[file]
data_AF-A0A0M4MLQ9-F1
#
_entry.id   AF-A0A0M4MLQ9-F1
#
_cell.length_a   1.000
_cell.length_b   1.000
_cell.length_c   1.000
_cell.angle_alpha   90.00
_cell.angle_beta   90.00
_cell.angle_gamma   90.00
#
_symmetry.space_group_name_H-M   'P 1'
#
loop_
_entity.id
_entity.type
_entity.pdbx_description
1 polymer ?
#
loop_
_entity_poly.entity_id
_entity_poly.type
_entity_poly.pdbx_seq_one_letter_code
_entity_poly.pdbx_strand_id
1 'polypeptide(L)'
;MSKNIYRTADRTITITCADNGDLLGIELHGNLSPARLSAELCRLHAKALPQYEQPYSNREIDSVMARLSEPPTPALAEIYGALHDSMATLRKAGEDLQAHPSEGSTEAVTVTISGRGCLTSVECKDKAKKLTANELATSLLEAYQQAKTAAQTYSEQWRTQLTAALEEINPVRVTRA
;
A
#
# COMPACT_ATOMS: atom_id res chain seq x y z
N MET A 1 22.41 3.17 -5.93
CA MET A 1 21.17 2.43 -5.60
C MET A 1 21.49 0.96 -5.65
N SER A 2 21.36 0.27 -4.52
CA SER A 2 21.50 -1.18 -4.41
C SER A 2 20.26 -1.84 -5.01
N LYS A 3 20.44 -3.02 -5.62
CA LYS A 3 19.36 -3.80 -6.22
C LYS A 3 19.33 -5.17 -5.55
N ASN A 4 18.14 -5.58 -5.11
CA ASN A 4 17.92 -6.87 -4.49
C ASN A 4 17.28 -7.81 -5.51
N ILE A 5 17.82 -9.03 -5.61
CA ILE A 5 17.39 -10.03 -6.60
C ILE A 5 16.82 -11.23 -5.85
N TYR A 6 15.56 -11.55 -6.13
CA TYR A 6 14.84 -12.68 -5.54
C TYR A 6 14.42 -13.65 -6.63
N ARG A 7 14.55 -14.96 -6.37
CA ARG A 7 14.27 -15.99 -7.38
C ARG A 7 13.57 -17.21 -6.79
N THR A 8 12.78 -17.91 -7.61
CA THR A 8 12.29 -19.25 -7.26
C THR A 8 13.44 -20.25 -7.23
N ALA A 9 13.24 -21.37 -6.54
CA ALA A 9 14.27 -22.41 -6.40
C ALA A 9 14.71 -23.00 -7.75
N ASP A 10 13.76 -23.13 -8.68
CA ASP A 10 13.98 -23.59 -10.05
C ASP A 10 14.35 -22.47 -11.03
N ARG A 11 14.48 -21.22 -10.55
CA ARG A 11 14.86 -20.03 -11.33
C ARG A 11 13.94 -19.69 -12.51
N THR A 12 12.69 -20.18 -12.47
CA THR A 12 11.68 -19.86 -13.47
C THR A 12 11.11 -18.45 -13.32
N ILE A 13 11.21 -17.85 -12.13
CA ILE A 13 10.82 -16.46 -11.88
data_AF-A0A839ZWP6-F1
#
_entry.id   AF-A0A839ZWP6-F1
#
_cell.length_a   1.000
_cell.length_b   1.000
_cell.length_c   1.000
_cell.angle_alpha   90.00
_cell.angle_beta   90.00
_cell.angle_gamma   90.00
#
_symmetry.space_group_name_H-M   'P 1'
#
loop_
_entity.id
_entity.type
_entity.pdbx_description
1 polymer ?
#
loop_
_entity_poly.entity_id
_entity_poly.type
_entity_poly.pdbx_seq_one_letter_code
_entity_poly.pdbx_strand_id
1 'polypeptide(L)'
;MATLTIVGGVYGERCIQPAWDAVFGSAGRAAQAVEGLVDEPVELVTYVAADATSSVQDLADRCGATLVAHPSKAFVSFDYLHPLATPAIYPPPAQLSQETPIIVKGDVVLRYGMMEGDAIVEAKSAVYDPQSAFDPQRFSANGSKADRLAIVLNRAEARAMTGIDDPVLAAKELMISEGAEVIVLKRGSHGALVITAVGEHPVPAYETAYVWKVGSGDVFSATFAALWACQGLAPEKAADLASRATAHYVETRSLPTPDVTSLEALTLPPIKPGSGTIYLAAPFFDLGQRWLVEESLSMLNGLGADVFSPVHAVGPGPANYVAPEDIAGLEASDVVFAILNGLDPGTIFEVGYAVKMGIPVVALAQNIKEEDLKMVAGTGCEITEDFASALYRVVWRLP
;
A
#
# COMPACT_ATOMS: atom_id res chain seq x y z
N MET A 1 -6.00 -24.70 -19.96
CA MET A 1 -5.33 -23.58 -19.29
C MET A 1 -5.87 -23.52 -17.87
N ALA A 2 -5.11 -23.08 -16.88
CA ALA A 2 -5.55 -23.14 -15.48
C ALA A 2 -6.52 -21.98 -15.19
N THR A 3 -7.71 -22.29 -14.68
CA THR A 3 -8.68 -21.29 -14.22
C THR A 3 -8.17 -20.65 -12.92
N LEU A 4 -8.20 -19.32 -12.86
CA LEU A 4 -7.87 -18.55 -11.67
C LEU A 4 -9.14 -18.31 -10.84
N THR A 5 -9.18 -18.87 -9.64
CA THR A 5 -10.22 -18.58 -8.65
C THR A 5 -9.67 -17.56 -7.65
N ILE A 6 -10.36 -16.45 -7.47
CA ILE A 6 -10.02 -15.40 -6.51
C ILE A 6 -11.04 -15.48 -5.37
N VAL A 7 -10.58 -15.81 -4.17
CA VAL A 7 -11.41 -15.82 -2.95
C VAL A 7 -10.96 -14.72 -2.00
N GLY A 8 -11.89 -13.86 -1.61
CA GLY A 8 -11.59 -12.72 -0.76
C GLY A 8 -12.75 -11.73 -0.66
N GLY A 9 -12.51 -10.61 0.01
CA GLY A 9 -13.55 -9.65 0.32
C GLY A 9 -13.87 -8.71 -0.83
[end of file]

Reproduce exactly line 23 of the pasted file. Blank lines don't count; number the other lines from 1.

_entity_poly.pdbx_seq_one_letter_code